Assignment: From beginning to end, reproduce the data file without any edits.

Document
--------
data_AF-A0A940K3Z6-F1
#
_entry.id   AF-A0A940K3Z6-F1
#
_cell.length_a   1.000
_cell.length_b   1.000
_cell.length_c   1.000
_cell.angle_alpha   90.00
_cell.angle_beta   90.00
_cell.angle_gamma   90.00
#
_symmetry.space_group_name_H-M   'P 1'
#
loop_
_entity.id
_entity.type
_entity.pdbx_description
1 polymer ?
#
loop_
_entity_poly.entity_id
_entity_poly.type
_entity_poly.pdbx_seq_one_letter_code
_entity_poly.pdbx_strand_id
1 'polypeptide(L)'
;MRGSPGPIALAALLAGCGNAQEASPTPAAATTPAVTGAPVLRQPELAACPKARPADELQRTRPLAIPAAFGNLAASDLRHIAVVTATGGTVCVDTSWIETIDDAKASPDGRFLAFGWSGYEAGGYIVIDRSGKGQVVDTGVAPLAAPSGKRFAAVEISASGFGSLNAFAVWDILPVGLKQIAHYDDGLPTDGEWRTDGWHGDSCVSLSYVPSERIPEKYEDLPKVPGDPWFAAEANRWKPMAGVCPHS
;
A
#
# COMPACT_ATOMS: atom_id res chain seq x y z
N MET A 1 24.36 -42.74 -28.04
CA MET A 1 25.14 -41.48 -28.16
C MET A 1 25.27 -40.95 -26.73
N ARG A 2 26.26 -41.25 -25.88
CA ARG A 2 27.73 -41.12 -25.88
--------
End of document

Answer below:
data_AF-A0A940K3Z6-F1
#
_entry.id   AF-A0A940K3Z6-F1
#
_cell.length_a   1.000
_cell.length_b   1.000
_cell.length_c   1.000
_cell.angle_alpha   90.00
_cell.angle_beta   90.00
_cell.angle_gamma   90.00
#
_symmetry.space_group_name_H-M   'P 1'
#
loop_
_entity.id
_entity.type
_entity.pdbx_description
1 polymer ?
#
loop_
_entity_poly.entity_id
_entity_poly.type
_entity_poly.pdbx_seq_one_letter_code
_entity_poly.pdbx_strand_id
1 'polypeptide(L)'
;MRGSPGPIALAALLAGCGNAQEASPTPAAATTPAVTGAPVLRQPELAACPKARPADELQRTRPLAIPAAFGNLAASDLRHIAVVTATGGTVCVDTSWIETIDDAKASPDGRFLAFGWSGYEAGGYIVIDRSGKGQVVDTGVAPLAAPSGKRFAAVEISASGFGSLNAFAVWDILPVGLKQIAHYDDGLPTDGEWRTDGWHGDSCVSLSYVPSERIPEKYEDLPKVPGDPWFAAEANRWKPMAGVCPHS
;
A
#
# COMPACT_ATOMS: atom_id res chain seq x y z
N MET A 1 24.36 -42.74 -28.04
CA MET A 1 25.14 -41.48 -28.16
C MET A 1 25.27 -40.95 -26.73
N ARG A 2 26.26 -41.25 -25.88
CA ARG A 2 27.73 -41.12 -25.88